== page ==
Asa: It’s hard to get through to teenagers. I think a show like this does, because it makes them laugh, makes them feel for these characters and also educates them in a non-preachy and non-typical education way. Sex education in school doesn’t work because teenagers just giggle and don’t take it seriously.
4. What would you like to see more of in Sex Education season 3?
Asa: I want to see more of Eric’s family. Eric goes to Otis’ house, but never the other way around. I want to see Otis and the family - how they get along.
Ncuti: I want to see Otis on the spice.
Asa: Eric’s mum will definitely have made the spicy versions for Otis.
Ncuti: You’re having it or get out! I just want the show to keep spreading… okayness. Inclusivity. Accept yourself.
5. How similar are you both to Eric and Otis?
Ncuti: I guess, I’m quite exuberant. I’m quite loud. I’m a loudmouth.
Ncuti: Have you not noticed before? Ha, ha, ha. When we were doing interviews yesterday, people were saying they could hear me, but we were on the third floor and they were in the reception. My voice carries.
I grew up in church. I’m black! But you couldn’t bully me in the same way that Eric is bullied. I'd dropkick you. Ha. ha, ha.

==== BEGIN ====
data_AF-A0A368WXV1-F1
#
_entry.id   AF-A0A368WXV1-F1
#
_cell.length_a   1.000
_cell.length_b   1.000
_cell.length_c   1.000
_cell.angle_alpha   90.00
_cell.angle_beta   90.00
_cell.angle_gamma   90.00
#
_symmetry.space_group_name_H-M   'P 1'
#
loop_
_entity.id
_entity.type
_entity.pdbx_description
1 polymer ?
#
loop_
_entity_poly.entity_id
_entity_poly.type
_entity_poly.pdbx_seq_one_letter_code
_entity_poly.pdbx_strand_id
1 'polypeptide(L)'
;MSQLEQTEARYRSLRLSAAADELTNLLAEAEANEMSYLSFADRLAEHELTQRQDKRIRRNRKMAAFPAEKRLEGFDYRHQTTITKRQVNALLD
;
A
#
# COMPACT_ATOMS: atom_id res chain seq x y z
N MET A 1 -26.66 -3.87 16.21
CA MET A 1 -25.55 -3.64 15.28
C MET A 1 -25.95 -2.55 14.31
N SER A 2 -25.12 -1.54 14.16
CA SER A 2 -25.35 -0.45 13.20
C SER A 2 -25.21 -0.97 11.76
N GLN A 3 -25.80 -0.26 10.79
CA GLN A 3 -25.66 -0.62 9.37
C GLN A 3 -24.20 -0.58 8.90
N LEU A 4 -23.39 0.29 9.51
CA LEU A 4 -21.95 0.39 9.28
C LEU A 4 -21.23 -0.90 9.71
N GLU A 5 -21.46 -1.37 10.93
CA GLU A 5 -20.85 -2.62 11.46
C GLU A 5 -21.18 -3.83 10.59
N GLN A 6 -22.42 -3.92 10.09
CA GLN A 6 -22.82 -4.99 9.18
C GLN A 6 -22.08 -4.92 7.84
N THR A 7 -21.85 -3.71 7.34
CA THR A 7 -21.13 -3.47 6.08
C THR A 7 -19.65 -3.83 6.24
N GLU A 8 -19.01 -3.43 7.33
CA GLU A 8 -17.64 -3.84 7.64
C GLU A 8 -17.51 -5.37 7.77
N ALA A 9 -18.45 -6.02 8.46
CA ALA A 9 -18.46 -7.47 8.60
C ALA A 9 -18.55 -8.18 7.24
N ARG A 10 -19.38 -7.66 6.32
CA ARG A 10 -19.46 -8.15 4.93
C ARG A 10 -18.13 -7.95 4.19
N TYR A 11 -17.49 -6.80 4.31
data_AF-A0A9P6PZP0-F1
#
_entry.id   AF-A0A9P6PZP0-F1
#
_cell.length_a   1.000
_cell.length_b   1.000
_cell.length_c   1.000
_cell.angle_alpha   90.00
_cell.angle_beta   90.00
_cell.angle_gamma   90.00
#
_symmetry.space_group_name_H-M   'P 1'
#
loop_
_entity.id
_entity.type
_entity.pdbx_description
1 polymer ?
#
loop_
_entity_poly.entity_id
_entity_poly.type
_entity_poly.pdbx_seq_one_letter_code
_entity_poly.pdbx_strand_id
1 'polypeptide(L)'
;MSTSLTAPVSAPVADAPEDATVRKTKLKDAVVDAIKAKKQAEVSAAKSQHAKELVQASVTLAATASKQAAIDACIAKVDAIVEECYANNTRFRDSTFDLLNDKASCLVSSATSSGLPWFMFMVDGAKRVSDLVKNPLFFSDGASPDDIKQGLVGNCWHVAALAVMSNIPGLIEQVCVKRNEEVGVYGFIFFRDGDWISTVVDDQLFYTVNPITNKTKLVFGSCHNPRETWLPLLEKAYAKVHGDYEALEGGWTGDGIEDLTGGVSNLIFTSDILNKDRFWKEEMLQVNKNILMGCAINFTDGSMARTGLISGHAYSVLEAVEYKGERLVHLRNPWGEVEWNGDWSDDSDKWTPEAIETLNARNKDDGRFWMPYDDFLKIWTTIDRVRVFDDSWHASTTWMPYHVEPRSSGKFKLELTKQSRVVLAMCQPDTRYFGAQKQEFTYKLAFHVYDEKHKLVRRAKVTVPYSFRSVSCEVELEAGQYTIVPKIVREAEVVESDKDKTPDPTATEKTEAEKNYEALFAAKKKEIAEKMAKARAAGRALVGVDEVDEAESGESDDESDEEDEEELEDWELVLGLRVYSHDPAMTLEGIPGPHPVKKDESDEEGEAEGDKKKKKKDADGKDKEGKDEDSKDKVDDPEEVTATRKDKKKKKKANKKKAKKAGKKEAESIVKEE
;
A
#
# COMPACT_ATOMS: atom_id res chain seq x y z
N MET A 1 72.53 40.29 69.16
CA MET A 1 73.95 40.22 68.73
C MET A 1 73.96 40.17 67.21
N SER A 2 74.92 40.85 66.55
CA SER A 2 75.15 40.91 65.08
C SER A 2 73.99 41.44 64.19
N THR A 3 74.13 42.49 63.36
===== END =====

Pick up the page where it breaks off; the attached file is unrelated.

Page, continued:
Asa: In some ways, I'm similar. We both have niche hobbies. We both like music. When they designed the bedroom, they asked me about bands and movies I liked, so a lot of the choices you see are based on my own tastes. Otis is also quite mature for his age and I think I was always quite mature for my age, just because of the industry I grew up in.
6. Eric has more wild costumes this year and Otis is still in that coat. Do you keep any of the costumes?
Asa: The only things I've kept are accidentally not changing my pants at the end of the day filming and getting home to realise, 'oh these are Otis' pants. These are really nice'. Sorry costume department, I’ve got your pants.
Ncuti: That coat is getting popular now though.
Asa: That coat is popular.
Ncuti: There are some returns from season one for Eric. And some… visions!
7. How have Otis and Eric changed from season to season two?
Asa: In Otis, his confidence as a whole has improved. His ability to impart wisdom is better. His social status in the school - everyone knows who he is. I don’t know how happy he is about that, but he’s getting along with it.
His sexual development, the fact he’s got past this barrier that’s been up his own life. He got past that at the end of season one and he’s discovered the nice luscious green grass on the other side. He's now got a feast.
Ncuti: He’s a busy boy. He’s a busy boy this year!
Eric is now a little less keen to please everyone, appease everyone and be everyone's best friend. He’s a bit more settled in who he is. It's really nice to reprise a role at a new stage in someone’s life. Mentally and emotionally, he's more comfortable in himself and a little more unapologetic about taking up space and sticking up for himself.
And he's got a bit better on the French horn!
Sex Education season 2 is streaming now on Netflix.